Hard work key for de Groot

It was not luck. It was not good timing. It did not happen overnight. It was not even the bounce of the ball.

It just comes down to good old-fashioned hard work.

The emergence of Highlanders prop Ethan de Groot is a real upside for the southern side this year.

The Southlander has come on in leaps and bounds this year and was one of the Highlanders’ best in Super Rugby Aotearoa.

De Groot made just two appearances off the bench for the Highlanders last year but has been almost ever-present this season.

He has impressed with his work around the field and scrummaging.

De Groot (22) went to Gore High School before attending Southland Boys’ High School to finish his secondary education.

Born in Australia, de Groot moved to Southland when he was 2.

He said it had taken a lot of hard work to get to where he was now.

"I did a couple of pre-seasons with the Highlanders before I got signed. I suppose it has all happened quick but it has taken a lot of work," he said.

"It all comes down to coaching and experience. Derms [coach Clarke Dermody] has really helped. Just every week I have been trying to get better.

"In Super Rugby Aotearoa I had a lot of solid tightheads up against me. I managed to keep most of them out."

Ethan de Groot's emergence has been a high point for the Highlanders this season. Photo: Getty...
Ethan de Groot's emergence has been a high point for the Highlanders this season. Photo: Getty Images

The loosehead prop was happy with the way his season was going so far. Nepo Laulala was the toughest opponent he had yet faced.

He said more game time helped with confidence. He now weighed in at 126kg, down from 135kg when he played for Southland last year.

He said the weight loss came from eating well and training. Props generally these days play the first 50 minutes or even less, or come on for the last 30 minutes.

He said he did not mind getting shortened minutes.

"We do a lot of things that a lot of people don’t see.

‘There is a lot of weight in the scrums, pull our bodies off the ground. The ones who go 80 minutes are not the ones doing the hard yakka.

"There is close to a tonne in each pack going hard against each other. We’re doing a very heavy squat every scrum."

De Groot, who was two years into a building apprenticeship, said the new competition was a reset for the side.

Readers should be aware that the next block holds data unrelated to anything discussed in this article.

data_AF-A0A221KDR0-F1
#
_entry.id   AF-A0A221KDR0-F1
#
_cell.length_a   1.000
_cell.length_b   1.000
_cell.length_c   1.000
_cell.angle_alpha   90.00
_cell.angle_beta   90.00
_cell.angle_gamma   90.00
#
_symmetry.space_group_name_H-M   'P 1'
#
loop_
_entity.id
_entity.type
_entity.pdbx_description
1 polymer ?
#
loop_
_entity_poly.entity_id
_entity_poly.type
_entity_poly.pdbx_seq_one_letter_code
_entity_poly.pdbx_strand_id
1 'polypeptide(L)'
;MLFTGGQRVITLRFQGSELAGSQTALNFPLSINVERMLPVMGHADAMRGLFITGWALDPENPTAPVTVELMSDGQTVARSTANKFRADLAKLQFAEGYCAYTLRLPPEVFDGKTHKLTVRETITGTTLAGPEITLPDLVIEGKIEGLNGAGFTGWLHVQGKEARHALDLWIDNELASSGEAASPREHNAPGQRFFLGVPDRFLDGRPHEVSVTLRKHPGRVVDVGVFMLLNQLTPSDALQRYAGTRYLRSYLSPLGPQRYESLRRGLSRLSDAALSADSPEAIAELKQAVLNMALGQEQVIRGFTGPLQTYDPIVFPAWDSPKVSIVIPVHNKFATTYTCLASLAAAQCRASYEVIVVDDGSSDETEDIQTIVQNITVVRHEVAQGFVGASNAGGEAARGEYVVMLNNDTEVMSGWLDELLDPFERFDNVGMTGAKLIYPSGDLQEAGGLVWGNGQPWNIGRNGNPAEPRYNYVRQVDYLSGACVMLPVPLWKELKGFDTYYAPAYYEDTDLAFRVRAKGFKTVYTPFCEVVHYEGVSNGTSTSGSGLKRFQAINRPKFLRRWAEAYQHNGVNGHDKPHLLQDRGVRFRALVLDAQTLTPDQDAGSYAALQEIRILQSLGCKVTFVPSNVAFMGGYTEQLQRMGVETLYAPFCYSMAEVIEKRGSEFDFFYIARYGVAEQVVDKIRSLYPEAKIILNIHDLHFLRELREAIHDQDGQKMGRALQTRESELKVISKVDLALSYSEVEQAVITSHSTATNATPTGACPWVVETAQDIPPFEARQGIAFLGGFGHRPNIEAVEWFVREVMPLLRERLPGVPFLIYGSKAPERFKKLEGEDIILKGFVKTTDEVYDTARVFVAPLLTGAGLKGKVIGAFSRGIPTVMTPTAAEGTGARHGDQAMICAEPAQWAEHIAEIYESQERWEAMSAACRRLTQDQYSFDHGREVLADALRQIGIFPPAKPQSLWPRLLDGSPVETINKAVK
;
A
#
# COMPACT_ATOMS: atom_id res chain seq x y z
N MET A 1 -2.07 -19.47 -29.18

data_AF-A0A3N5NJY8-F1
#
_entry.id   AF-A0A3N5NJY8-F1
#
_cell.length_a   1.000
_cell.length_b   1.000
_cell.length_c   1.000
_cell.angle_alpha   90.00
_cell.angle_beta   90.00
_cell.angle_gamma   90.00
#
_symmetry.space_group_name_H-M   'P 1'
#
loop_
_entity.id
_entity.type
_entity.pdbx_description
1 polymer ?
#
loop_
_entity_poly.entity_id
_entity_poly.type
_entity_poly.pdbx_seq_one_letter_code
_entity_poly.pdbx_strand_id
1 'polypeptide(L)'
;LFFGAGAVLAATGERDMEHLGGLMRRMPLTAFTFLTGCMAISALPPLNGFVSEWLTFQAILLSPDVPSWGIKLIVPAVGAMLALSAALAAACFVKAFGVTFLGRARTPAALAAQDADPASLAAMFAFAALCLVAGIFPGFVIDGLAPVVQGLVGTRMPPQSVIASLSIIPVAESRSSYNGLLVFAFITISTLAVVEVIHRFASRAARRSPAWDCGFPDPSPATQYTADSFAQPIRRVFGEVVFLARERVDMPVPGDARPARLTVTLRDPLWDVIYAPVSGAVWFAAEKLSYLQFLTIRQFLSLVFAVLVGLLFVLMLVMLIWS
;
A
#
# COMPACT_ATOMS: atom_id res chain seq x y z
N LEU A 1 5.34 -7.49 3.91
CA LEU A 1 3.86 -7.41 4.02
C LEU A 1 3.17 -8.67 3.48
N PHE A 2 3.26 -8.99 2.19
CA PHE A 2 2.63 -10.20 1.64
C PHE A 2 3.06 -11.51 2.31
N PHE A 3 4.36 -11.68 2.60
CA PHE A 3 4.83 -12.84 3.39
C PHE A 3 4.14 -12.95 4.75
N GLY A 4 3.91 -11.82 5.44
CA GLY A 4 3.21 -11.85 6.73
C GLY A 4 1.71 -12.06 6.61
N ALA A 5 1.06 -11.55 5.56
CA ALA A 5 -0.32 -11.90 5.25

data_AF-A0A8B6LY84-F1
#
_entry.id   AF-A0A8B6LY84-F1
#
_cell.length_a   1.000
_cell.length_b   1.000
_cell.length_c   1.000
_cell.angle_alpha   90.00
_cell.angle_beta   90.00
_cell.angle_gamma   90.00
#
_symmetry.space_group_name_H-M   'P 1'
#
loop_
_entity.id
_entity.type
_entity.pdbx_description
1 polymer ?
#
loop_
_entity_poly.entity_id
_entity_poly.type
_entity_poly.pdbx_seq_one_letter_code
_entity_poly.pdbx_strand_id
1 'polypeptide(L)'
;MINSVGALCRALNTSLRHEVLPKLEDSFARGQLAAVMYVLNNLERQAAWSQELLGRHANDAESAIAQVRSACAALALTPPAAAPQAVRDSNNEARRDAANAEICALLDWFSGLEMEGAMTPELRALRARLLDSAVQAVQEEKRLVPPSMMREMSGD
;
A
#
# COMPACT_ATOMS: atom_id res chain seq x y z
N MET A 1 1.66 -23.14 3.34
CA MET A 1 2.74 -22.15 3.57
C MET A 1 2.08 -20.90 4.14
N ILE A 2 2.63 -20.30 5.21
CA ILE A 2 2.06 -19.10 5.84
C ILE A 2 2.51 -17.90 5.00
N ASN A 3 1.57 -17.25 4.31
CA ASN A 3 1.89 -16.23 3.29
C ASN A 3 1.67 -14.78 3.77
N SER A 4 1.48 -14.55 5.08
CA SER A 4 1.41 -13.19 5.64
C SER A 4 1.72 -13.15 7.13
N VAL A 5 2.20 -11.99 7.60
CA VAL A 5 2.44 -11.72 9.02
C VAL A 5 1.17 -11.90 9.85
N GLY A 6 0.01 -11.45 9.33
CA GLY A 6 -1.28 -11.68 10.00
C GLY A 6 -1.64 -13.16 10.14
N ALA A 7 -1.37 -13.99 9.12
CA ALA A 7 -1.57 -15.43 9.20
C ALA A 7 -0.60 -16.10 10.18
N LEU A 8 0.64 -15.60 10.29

Five games in five weeks was a short sharp burst.

 Injured Highlanders centre Fetuli Paea plays a game of touch with Noah Stevenson (9) at the...
Injured Highlanders centre Fetuli Paea plays a game of touch with Noah Stevenson (9) at the Edgar Centre yesterday. The players were part of a Highlanders promotion to teach skills and have a bit of fun with schoolchildren. PHOTO: PETER MCINTOSH
The Highlanders are down on troops and losing Shannon Frizell, who has been the side’s best this year, is a big blow. Hugh Renton is a useful addition and will work hard.

There is a lack of X-factor in the Highlanders side but there is an issue over whether the Reds can get up after winning the Australian title last week.

The side arrived late yesterday and will be looking to start the combined competition with a win and give a boost to the Australian teams.

Highlanders v Reds, Forsyth Barr Stadium, 7.05pm

Highlanders: Sam Gilbert, Sio Tomkinson, Michael Collins, Scott Gregory, Jona Nareki, Mitch Hunt, Aaron Smith (co-c), Kazuki Himeno, Billy Harmon, Hugh Renton, Josh Dickson, Pari Pari Parkinson, Siate Tokolahi, Ash Dixon (co-c), Ayden Johnstone.

Reserves: Liam Coltman, Ethan de Groot, Josh Hohneck, Bryn Evans, James Lentjes, Kayne Hammington, Tim O’Malley, Ngatugnane Punivai.

Reds: Bryce Hegarty,  Filipo Daugunu, Josh Flook, Hamish Stewart, Jock Campbell, James O’Connor, Kalani Thomas, Seru Uru, Liam Wright (c), Angus Scott-Young, Angus Blyth, Ryan Smith, Feao Fotuaika, Brandon Paenga-Amosa, Dane Zander.

Reserves: Josh Nasser, Harry Hoopert, Taniela Tupou, Lukhan Salakaia-Loto, Fraser McReight, Moses Sorovi, Isaac Henry, Suliasi Vunivalu.

Referee: Ben O’Keeffe.

 

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